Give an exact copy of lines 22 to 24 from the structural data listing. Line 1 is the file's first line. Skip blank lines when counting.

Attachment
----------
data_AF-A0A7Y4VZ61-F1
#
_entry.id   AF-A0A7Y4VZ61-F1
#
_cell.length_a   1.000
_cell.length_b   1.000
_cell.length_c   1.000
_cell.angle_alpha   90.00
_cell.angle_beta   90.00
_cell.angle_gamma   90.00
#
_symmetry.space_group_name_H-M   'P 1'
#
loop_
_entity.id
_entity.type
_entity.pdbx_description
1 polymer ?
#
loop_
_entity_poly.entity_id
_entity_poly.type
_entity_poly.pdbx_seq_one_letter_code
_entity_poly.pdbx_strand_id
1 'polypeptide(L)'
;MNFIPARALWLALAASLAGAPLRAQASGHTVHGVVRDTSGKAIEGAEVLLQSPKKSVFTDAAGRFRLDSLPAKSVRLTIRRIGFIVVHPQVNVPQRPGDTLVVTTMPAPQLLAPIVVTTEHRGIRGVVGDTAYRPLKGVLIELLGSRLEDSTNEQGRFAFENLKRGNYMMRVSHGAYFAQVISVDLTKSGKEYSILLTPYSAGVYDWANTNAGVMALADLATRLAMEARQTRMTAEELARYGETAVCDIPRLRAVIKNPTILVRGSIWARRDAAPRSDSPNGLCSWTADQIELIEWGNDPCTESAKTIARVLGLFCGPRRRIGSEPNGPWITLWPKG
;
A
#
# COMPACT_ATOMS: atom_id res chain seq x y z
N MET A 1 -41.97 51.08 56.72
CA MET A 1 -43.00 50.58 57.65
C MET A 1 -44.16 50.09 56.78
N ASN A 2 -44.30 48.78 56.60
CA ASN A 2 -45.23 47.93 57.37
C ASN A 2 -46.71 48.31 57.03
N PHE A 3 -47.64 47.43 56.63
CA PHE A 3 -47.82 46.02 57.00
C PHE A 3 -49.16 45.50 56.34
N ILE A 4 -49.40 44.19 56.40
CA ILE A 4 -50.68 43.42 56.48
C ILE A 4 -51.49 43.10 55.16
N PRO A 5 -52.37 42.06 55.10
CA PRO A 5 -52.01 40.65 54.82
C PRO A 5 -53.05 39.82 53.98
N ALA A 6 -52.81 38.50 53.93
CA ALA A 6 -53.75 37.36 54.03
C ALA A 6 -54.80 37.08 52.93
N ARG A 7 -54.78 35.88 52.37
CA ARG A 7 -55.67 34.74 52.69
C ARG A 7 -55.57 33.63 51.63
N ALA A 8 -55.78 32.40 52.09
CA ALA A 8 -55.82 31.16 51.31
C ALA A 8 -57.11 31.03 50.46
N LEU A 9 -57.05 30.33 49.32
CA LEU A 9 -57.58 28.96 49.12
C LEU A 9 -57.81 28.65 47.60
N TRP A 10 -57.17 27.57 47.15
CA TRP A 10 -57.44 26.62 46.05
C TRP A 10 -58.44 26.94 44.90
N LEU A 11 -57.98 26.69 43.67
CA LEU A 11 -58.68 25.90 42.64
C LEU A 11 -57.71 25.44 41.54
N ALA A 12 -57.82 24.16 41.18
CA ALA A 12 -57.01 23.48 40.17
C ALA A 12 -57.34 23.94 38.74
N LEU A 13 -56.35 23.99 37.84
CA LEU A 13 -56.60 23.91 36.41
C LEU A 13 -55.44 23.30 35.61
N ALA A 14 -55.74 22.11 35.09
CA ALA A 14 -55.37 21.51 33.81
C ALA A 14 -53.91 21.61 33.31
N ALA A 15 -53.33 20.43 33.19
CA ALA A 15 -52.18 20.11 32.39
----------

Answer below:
_entity_poly.type
_entity_poly.pdbx_seq_one_letter_code
_entity_poly.pdbx_strand_id